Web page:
About Ernst Hirsch’s efforts to learn and use the Turkish language

In March 1933, Ernst Eduard Hirsch was dismissed from his position as a life judge in Frankfurt am Main and as a private lecturer because of his Jewish origin. In October 1933, he accepted a call from the University of Istanbul to the chair of commercial law. Ernst E. Hirsch describes his efforts to learn the Turkish language and thus comply with his contract clause to teach in Turkish.

Ernst Eduard Hirsch with his students. Private archive, with the kind permission of Enver Tandoğan Hirsch.

[Seite 197]

„Der Professor verpflichtet sich, sein möglichstes zu tun, um nach dem dritten Jahr in türkischer Sprache zu unterrichten.“

Eine derartige Klausel war für Verträge mit ausländischen Spezialisten etwas völlig Neues. Schon das Osmanische Reich hatte zahlreiche Ausländer als Spezialisten beschäftigt, aber niemals die Erlernung und den Gebrauch des Türkischen von ihnen verlangt. Auch von den 17 deutschen Wissenschaftlern, die im Ersten Weltkrieg zwischen 1915 und 1918 in Darülfünun lehrten, wurde die Erlernung der türkischen Sprache nicht erwartet, geschweige denn als vertragliche Verpflichtung gefordert, ebensowenig von den drei französischen Professoren und einem Schweizer, die zeitlich einige Jahre vor 1933 engagiert worden waren. Erst in den durch die Notgemeinschaft deutscher Wissenschaft im Ausland vermittelten Verträgen mit den deutschen Emigranten findet sich die oben wiedergegebene Sprachklausel.

[Seite 198]

Dank der gemeinsamen Bemühungen hatte ich nach 6 Monaten die Fähigkeit erworben, türkische Zeitungen und Gesetzestexte ohne Inanspruchnahme fremder Hilfe, wenn auch noch unter Benutzung des Wörterbuches, unmittelbar zu begreifen. Auch außerhalb der Sprachstunden auf der Überfahrt von Kadiköy zur Köprü und zurück zwang mich Halil, mich mit ihm türkisch zu unterhalten. Sogar auf dem Markt, wenn ich frische Fische oder Obst einkaufen wollte, bemühte er sich mit dem Befehl „Türkçe konuşun, Hocam!” (=Sprechen Sie türkisch, Professor!) mich an die Sprache des Volkes zu gewöhnen. Als eines Tages ein Verkäufer, der in mir den Ausländer erkannte, mir auf französisch antwortete, fuhr Halil den Verkäufer wütend an: „Warum antwortest Du nicht auf türkisch, wenn mein ausländischer Professor Dich auf türkisch anspricht?!“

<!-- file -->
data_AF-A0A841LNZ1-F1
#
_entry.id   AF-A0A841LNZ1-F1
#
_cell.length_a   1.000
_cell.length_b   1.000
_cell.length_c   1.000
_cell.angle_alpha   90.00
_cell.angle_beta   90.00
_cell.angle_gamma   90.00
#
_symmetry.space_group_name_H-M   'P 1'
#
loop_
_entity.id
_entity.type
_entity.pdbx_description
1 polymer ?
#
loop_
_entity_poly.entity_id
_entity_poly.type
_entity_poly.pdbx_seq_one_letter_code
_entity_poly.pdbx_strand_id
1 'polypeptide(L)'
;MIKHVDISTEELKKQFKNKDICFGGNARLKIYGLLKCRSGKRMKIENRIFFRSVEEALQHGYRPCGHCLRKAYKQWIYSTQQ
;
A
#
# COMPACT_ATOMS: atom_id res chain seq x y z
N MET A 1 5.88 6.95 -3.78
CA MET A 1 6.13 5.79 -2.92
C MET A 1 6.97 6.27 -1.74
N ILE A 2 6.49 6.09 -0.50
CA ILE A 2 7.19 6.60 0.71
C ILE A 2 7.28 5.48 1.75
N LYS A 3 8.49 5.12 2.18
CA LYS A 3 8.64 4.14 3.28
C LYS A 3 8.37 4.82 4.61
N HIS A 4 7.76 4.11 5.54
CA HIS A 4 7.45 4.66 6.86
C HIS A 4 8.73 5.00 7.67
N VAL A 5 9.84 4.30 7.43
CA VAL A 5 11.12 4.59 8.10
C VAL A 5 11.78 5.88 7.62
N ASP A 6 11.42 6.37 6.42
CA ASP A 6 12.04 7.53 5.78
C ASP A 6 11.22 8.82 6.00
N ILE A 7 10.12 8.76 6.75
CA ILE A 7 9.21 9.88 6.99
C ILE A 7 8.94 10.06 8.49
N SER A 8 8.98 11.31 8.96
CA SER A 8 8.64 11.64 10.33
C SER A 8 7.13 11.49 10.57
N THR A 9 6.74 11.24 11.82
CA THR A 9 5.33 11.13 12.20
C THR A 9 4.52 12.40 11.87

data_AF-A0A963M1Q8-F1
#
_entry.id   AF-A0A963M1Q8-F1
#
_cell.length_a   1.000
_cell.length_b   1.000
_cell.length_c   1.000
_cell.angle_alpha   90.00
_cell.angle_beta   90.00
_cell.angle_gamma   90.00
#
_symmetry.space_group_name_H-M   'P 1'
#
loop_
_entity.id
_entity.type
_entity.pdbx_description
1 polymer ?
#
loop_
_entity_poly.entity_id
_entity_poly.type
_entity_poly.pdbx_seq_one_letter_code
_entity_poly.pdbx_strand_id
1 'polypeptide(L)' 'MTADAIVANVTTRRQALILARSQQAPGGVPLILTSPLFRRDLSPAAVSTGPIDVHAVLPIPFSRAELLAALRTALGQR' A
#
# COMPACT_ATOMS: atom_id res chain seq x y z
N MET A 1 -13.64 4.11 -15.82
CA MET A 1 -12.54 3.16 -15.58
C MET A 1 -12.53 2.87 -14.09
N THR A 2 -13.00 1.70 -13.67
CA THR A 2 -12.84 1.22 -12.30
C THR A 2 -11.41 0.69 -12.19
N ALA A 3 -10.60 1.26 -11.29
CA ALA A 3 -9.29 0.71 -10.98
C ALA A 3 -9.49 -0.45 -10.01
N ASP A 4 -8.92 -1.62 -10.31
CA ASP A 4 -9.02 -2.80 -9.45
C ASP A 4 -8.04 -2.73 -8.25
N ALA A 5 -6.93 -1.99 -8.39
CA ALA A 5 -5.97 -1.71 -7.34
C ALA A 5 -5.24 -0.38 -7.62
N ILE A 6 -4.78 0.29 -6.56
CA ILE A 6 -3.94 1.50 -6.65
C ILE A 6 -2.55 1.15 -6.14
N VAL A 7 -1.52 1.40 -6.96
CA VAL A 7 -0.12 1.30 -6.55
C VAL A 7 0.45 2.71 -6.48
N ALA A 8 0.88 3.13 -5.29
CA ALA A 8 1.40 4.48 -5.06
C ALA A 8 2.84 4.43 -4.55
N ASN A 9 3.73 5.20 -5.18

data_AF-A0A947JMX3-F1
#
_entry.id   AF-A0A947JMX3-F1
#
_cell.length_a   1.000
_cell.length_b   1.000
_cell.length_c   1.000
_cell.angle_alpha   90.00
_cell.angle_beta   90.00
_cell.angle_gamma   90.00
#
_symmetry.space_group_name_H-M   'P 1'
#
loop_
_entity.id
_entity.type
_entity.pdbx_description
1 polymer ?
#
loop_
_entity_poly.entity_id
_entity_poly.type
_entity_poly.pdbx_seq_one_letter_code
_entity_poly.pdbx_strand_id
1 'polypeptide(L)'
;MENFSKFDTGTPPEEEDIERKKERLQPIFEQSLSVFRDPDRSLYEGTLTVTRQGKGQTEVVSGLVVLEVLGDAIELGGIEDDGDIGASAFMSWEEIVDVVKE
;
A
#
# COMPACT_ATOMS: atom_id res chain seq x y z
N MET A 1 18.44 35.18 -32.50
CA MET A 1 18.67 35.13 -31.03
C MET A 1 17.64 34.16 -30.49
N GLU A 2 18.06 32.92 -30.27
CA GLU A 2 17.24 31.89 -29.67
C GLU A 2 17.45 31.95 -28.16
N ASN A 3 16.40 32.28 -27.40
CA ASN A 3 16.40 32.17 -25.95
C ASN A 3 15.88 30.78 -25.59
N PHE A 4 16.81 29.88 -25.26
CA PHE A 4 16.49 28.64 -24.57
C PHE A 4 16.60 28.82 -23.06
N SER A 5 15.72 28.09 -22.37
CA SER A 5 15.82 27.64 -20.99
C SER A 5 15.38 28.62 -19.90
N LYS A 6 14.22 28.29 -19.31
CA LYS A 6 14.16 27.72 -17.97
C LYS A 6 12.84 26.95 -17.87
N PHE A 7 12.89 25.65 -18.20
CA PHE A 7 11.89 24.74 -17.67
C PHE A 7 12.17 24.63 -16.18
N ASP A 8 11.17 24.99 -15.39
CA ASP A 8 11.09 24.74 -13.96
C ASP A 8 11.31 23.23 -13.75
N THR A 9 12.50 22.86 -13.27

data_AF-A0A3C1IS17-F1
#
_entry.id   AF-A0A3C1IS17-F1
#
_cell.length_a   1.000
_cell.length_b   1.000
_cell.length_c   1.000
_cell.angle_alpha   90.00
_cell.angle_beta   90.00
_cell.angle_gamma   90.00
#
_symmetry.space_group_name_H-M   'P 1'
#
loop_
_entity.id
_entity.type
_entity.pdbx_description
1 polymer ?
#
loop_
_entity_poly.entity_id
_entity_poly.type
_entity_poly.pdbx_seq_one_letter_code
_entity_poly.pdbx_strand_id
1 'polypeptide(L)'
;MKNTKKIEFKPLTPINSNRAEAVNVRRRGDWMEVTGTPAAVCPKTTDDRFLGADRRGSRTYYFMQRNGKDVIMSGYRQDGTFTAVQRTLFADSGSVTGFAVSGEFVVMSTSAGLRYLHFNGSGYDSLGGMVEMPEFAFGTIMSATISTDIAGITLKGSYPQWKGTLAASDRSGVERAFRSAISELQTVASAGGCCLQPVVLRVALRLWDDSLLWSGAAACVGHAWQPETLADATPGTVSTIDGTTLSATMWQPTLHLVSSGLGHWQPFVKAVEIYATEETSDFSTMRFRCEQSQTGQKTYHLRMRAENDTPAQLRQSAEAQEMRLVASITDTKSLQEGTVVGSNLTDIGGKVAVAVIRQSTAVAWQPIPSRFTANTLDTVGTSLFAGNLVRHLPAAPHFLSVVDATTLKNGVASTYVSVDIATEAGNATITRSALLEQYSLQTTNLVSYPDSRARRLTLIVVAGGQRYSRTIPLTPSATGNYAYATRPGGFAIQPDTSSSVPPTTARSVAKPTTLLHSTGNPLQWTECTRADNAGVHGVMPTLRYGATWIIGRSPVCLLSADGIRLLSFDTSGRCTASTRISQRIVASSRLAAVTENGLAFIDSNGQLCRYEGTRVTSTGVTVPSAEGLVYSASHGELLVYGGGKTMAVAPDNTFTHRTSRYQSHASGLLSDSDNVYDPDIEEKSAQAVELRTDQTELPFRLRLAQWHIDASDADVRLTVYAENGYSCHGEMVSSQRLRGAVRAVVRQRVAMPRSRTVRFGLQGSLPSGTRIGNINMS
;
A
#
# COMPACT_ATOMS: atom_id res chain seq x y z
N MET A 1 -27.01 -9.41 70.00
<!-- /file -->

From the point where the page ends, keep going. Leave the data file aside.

Auch wenn ich nun schon auf eigenen Füßen stehen konnte, so haperte es noch immer mit dem Gehen. Trotz intensiver Bemühungen gelang mir das zusammenhängende frei Sprechen in der Vorlesung erst dann, als Rhythmus und Logik des türkischen Denkens sich so bei mir eingenistet hatten, daß ich begann, nicht mehr deutsch sondern türkisch zu träumen. Aber immerhin konnte ich die Sprachklausel meines Anstellungsvertrages einhalten und mit Beginn des vierten Studienjahres am 1. Nov. 1936 ohne Übersetzer meine Vorlesungen und sonstigen Lehrveranstaltungen in türkischer Sprache halten.

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“The professor undertakes to do his utmost to teach in Turkish after the third year.”

Such a clause was something entirely new for contracts with foreign specialists. The Ottoman Empire had already employed numerous foreigners as specialists, but had never required them to learn and use Turkish. Also from the 17 German scientists, who taught in Darülfünun during the First World War between 1915 and 1918, the learning of the Turkish language was not expected, let alone demanded as a contractual obligation, just as little from the three French professors and a Swiss, who had been engaged temporally some years before 1933. It is only in the contracts with the German emigrants, arranged by the Notgemeinschaft deutscher Wissenschaftler [Emergency Society for German Scholars in Exile] im Ausland, that the language clause reproduced above is found.